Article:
Watch: Scientists determine decapitated mummy head belonged to woman
Scientists have concluded that the decapitated head of an Egyptian mummy discovered in an attic in Kent belonged to a woman.
The head, which is at least 2,000 years old, is believed to have been brought to the UK from Egypt as a souvenir in the 19th century and given to the owner in the early 20th century.
It was later discovered in a glass case during a clear-out after the death of a man in Ramsgate.
The head, minus any wrappings or its body, was inherited by the man's brother who took it to the Canterbury Museums and Galleries for analysis in 2020.
Now X-rays undertaken at Canterbury Christ Church University suggested it was an adult female, whose worn teeth led scientists to believe she ate grains – a common food among ancient Egyptians.
The CT scan also shows tubing of unknown material within the left nostril and in the spinal canal, but it is unclear whether this is from ancient Egyptian times or was placed there later.
Further tests showed the woman, whose brain had been removed after she died, suffered from a severe case of atherosclerosis that affected a number of her arteries.
The position of the remains suggests the woman was not discovered until hours after her death, and embalmers preserved the body as it was found.
Scientists are now hoping to recreate the face of the mysterious mummy and reconstruct the hidden history of the individual.
James Elliott, senior radiographer at Maidstone and Tunbridge Wells NHS Trust, said: “The scan provides a huge amount of information – everything from dental status, pathologies, method of preservation as well as helping our estimations of age and sex.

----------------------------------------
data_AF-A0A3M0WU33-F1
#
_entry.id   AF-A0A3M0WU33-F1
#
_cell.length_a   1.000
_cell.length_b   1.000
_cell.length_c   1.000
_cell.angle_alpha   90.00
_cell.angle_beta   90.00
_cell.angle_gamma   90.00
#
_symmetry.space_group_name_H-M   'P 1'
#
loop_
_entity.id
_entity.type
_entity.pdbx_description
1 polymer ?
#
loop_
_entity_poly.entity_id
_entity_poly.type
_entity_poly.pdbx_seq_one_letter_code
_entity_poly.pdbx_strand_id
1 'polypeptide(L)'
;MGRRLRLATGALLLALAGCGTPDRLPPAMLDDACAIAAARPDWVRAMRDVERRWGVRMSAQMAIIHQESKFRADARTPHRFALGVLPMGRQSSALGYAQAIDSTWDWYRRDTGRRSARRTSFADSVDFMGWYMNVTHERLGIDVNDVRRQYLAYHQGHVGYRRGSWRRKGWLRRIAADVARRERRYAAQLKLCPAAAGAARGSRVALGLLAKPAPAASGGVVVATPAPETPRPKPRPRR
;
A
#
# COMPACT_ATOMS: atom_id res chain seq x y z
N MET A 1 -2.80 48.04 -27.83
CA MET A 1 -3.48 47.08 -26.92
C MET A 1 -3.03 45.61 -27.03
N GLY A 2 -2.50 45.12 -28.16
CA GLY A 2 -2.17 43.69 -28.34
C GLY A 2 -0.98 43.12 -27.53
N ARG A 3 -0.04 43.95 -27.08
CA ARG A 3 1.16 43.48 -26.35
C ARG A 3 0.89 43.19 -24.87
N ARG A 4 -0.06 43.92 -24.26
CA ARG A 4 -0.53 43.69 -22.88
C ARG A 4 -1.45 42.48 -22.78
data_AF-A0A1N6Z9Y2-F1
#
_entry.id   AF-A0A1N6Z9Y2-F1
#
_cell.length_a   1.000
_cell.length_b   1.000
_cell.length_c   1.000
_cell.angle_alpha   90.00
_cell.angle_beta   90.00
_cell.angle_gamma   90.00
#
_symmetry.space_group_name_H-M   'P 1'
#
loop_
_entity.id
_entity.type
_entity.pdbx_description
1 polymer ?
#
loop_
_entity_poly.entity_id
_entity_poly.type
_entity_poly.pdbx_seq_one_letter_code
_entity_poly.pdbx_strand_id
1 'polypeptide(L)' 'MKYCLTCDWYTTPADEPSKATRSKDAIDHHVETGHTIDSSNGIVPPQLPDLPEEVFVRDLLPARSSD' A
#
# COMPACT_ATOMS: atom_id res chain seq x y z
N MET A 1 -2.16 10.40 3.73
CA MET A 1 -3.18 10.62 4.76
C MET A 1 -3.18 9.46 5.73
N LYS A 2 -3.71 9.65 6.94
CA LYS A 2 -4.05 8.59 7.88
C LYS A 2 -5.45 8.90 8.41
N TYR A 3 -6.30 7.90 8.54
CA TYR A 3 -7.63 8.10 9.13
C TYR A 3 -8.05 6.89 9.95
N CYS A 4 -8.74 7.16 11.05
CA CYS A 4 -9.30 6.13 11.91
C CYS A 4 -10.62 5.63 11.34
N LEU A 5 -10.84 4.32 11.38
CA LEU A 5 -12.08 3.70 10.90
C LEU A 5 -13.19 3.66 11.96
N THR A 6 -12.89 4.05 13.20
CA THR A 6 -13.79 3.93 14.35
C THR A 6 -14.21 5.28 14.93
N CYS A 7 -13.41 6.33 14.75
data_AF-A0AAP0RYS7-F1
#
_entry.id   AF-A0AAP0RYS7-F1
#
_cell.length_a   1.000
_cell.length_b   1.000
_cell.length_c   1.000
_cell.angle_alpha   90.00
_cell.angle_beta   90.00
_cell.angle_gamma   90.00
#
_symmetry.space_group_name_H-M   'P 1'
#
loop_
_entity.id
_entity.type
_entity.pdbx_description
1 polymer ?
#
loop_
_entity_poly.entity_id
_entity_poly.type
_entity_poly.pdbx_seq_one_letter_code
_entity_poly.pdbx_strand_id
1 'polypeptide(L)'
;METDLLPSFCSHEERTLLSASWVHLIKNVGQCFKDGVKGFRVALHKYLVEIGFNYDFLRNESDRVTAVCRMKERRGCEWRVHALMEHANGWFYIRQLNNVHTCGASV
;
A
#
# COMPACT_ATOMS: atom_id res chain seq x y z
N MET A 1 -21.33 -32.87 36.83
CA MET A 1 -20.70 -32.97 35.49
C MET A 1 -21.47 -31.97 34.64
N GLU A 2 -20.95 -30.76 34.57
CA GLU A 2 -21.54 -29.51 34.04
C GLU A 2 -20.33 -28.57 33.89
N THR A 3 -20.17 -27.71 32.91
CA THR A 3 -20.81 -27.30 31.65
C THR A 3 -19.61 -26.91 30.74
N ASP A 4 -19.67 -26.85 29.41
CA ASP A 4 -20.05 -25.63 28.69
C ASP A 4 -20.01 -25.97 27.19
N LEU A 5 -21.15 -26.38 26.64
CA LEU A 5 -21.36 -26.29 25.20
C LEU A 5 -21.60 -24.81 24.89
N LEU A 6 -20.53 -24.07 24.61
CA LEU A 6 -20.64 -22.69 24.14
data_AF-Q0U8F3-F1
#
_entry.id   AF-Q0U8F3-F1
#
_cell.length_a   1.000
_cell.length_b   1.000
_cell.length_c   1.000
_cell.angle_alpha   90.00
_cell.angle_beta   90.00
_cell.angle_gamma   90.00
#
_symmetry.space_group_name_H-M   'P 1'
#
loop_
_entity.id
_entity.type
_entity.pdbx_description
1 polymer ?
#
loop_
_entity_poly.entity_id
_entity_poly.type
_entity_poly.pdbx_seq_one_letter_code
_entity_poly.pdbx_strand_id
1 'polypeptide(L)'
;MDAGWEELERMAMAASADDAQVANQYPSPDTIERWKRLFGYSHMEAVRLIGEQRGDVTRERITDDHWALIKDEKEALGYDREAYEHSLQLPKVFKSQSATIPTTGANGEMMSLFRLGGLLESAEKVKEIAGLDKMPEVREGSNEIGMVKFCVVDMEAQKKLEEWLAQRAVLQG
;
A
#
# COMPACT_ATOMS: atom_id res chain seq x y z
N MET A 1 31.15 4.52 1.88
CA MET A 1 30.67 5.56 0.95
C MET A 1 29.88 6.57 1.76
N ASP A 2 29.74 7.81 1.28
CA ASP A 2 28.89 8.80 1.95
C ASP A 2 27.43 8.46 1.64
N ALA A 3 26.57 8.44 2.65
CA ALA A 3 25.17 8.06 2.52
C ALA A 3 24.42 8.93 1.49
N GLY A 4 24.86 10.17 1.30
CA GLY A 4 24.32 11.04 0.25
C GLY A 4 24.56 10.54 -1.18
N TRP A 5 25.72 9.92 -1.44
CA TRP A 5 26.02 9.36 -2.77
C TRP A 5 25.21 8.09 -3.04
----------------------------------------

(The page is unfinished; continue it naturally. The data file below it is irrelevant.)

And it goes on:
“We plan on using the scanning data to create a three-dimensional replica of the head and possible facial reconstruction to allow a more intensive study of it without exposing the actual artefact.”
Elliott explained how mummification was “common practice” within ancient Egypt but with the advancement of CT technology, more detail can be researched on ancient Egyptian traditions.
The head is being preserved by professional archaeological conservator Dana Goodburn-Brown ACR, who is also coordinating the research efforts.
As part of a collaborative scientific investigation of the head, experts from Canterbury Christ Church University, University of Kent and University of Oxford, will attempt to reconstruct the history of the individual.
Ritchie Chalmers, chief of service for core clinical services, said: “It’s great to see how modern technology can help bring ancient history to life. I, along with the rest of the trust, look forward to finding out what the CT scan unveils.”
The CT data from this individual will help to understand the wider picture of mummification and will be shared with the IMPACT Mummy Database hosted by Western University.